Valentino dress, Carven platforms

Hauser & Wirth, Sterling Ruby. SUNRISE SUNSET

Hair by Cosma De Marinis, Photographs by Tylor Hou

Dreamy Everything

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The past week has felt like a dream, very excited and grateful to share that I’ve been nominated by the CFDA for their Fashion Instagrammer of the Year award. In honor of the nomination I was paired with Accessories Designer of the Year nominee, The Row, whose minimal aesthetic and easy elegance I adore. I let the fashion story unfold within Tara Donovan’s dazzling sensory installation at Pace Gallery by documenting one look with each organic form. Donovan is an artist who uses the inherent physical characteristics of common objects and assembles them to create natural formations. Enter into the first installation room and one is met with a grouping of mountainous peaks, varying in hue from icy blue grey to sea foam green, subtle variations so seductive in the way they convey depth. The sculpture is composed of several million 3×5” white cards stacked and glued to form a topographical wonderland, the perfect environment for this midi skirt with its faint striations paired with this ethereal blouse. Wandering into Donovan’s second installation called for an outfit change. This work, a sea anemone like creature that seemed to be growing and expanding, offers a play on viewer’s perceptions. Seemingly spongy and soft the piece is actually comprised of thousands of clear plastic rods radiating and pulsing into space. Drawing on the glimmering color and textural qualities of the work I chose this luminous embroidered mesh dress as the final piece in this fairytale. As for Fashion Instagrammer of the Year, votes will be crowd sourced by liking posts tagged #MyCFDA by nominees. See the amazing company I keep Here, am forever grateful to be put in this realm and for all the support!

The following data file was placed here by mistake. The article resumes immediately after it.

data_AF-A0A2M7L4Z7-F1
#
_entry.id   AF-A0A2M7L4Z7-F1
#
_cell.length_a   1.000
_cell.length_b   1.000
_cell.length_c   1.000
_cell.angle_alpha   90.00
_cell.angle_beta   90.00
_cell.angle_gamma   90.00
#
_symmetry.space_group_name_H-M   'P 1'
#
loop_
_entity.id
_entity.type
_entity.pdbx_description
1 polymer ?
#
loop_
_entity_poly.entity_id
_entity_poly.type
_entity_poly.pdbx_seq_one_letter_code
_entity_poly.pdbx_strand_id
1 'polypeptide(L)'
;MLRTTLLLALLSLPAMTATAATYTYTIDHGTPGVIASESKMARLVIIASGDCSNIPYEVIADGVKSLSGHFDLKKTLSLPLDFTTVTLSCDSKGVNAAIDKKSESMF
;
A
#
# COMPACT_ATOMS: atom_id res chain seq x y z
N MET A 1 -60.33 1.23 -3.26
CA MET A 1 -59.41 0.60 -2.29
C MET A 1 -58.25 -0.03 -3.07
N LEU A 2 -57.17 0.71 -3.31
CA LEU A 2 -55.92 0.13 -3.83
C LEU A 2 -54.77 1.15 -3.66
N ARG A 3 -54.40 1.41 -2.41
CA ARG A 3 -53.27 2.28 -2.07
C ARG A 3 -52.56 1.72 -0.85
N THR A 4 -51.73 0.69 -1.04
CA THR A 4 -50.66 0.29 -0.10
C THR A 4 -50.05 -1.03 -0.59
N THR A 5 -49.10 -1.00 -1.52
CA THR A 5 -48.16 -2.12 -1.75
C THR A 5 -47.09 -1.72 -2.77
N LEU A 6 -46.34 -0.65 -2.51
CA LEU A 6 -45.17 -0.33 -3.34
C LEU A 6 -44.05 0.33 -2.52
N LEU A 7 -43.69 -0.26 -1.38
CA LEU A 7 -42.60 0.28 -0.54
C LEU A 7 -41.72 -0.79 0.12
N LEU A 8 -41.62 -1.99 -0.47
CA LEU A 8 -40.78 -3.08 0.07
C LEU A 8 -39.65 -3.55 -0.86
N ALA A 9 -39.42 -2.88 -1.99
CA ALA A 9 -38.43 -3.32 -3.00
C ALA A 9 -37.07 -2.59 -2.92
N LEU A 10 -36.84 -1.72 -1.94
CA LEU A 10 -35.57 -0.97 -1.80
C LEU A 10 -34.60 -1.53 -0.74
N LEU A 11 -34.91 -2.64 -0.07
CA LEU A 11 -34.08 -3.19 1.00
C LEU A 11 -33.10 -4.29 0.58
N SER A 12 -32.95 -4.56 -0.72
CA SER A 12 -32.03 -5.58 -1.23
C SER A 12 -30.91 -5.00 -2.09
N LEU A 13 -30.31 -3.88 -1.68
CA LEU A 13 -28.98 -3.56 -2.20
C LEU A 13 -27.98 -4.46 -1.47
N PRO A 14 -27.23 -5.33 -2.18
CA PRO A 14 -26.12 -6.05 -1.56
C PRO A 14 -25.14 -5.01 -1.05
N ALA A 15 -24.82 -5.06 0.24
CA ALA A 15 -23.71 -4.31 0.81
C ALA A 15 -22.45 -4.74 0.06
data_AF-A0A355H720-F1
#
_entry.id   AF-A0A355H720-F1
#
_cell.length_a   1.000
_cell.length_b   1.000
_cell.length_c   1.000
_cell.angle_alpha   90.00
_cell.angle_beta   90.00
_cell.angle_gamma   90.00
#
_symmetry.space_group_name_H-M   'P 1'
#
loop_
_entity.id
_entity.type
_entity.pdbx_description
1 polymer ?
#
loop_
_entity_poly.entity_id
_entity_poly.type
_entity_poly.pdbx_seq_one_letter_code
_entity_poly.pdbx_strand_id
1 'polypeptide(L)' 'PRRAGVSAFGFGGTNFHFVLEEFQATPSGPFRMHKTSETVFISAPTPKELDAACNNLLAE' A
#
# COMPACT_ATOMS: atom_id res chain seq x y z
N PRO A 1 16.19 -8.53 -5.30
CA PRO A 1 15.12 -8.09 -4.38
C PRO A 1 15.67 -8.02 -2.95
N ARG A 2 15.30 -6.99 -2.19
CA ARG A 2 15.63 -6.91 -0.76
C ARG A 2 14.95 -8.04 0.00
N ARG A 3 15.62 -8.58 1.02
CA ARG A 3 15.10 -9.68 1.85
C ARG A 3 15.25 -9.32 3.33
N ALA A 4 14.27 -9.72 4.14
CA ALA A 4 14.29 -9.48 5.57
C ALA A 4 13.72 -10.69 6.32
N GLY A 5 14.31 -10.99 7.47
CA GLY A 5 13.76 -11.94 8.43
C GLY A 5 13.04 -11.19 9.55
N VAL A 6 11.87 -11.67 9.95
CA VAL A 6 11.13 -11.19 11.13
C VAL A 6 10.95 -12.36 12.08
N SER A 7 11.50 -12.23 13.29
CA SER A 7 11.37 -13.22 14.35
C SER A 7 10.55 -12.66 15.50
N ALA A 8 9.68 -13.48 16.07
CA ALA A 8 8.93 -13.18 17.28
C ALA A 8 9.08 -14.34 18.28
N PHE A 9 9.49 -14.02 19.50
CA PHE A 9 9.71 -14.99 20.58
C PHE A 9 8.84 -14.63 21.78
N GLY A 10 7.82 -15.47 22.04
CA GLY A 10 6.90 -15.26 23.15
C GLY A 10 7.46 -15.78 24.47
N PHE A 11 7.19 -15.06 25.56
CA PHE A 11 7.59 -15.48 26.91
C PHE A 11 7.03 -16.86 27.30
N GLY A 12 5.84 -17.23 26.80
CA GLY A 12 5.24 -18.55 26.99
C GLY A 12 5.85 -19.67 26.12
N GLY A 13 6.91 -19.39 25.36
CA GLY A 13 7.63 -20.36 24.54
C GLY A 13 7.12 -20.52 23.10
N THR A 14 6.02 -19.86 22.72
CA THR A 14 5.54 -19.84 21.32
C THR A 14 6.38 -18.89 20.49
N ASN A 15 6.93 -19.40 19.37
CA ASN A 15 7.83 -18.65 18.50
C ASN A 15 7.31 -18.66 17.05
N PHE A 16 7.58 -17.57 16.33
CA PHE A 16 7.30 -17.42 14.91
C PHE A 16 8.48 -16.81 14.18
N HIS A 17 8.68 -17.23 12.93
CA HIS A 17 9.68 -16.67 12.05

The Row dress, midi skirt, and blouse, Sophia Webster leather and vinyl ankle boots

Pace Gallery, Tara Donovan

Hair by Cosma De Marinis, Photographs by Tylor Hou

Iconic Spirit

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Keith Haring is an artist whose exuberant work is ingrained in our consciousness. On view now at Gladstone Gallery are his iconic painted works on canvas and tarp from the 1980s. This exhibition with its bold abstract imagery is indicative of Haring’s dynamic spirit and conveys his ability to invent something on the spot. As he was first recognized for his public work, mostly done in the New York subway system, the works on tarp continue this idea of accessibility. In his lifetime Haring sought to create work that was lasting and meaningful in the sense that it could symbolize the spread of creative energy and bring joy. This same spirit of iconic innovation runs through the line Rodarte, this dress brings a graphic punch in keeping with its surroundings, paired with a crystal ear cuff by Ryan Storer for a punk edge. Haring ‘s expressive vocabulary and philanthropy exemplified what an artist should be, The Keith Haring Foundation continues his legacy by generously providing grants to those in need.

Rodarte dress, Ryan Storer ear cuff, Alexandre Birman sandals

Gladstone Gallery, Keith Haring, May 3 — June 14, 2014

Hair by Cosma De Marinis, Photographs by Tylor Hou

Images © Keith Haring Foundation